Inside the main part of your program, data comes in variables of a certain type, written T x;. So far so portable; your program always does what you want and you don't need to know how x is represented internally. You know that the memory for x starts at &x and is sizeof(T) bytes long, but you don't know anything else. If you did want to find out, you would have to cast &x from T* to unsigned char*.

While casting pointers in general is forbidden (it's called "type punning"), this particular cast is expressly permitted by the standard. Casting to char-pointer is the only way you can serialize your data from an opaque type T into a stream of actual bytes. It is precisely at this moment that you must know about endianness (or more generally, representation), because you must know in which order the byte stream makes up the internal representation of T.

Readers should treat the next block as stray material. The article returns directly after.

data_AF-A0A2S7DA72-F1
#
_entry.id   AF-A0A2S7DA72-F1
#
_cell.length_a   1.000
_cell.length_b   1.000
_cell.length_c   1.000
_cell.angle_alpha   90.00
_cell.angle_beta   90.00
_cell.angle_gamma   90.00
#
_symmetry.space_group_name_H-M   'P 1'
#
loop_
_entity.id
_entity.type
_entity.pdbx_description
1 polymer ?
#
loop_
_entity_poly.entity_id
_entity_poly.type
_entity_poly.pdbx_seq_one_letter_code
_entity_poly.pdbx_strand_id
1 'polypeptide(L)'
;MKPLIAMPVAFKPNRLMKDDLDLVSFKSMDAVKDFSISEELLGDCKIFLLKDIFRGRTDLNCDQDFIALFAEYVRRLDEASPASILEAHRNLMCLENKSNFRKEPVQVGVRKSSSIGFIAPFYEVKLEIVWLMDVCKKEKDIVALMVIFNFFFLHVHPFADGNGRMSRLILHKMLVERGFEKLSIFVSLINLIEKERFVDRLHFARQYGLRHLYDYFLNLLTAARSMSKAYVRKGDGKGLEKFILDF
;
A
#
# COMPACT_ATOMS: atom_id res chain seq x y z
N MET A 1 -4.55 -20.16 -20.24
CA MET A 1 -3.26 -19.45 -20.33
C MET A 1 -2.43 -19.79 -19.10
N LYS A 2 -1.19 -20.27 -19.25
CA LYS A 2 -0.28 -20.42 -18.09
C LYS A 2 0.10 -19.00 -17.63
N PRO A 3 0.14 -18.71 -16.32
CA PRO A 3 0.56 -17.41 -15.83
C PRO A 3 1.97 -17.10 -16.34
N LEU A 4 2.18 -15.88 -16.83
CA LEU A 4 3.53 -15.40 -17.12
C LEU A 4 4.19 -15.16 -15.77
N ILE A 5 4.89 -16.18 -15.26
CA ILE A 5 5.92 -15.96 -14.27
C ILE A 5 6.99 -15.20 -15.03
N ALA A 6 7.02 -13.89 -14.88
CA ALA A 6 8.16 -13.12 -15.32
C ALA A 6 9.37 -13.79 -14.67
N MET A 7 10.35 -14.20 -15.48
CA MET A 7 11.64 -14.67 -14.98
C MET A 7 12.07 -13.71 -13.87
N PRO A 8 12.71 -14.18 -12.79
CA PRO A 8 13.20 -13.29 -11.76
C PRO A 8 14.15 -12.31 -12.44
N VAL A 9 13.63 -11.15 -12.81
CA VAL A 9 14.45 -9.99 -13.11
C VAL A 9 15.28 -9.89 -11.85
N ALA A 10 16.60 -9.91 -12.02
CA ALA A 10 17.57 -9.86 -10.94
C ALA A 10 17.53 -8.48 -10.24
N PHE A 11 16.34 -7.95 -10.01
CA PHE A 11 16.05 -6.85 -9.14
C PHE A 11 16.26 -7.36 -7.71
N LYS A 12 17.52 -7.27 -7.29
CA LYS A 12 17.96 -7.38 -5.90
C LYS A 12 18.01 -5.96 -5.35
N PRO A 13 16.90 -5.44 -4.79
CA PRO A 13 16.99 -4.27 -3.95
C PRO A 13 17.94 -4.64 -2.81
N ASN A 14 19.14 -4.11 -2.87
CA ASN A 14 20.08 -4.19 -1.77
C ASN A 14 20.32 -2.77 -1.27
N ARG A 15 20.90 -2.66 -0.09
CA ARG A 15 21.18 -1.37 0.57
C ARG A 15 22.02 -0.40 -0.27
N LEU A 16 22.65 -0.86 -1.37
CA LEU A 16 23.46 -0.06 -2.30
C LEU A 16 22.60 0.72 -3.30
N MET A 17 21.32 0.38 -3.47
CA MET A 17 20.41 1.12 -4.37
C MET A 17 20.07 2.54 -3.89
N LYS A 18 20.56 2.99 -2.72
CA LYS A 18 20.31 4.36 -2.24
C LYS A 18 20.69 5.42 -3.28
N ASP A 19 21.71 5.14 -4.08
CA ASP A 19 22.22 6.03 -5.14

For integral types you can do without casting pointers, but the interface is still at the conversion from byte stream to value:

unsigned char buf[sizeof(unsigned int)];
unsigned int value;

buf[0] = value; buf[1] = value >> 8; buf[2] = value >> 16; /*...*/  // We chose an endianness!
value = buf[0] + (buf[1] << 8) + (buf[2] << 16) + ... ; // ditto

You will find the need to convert values into bytestreams and vice versa when using operations like read and write, usually associated to files, streams or sockets.

Note that for integral values we never need to know about the endianness of the program itself - we only need to know the endianness that is used by the byte stream!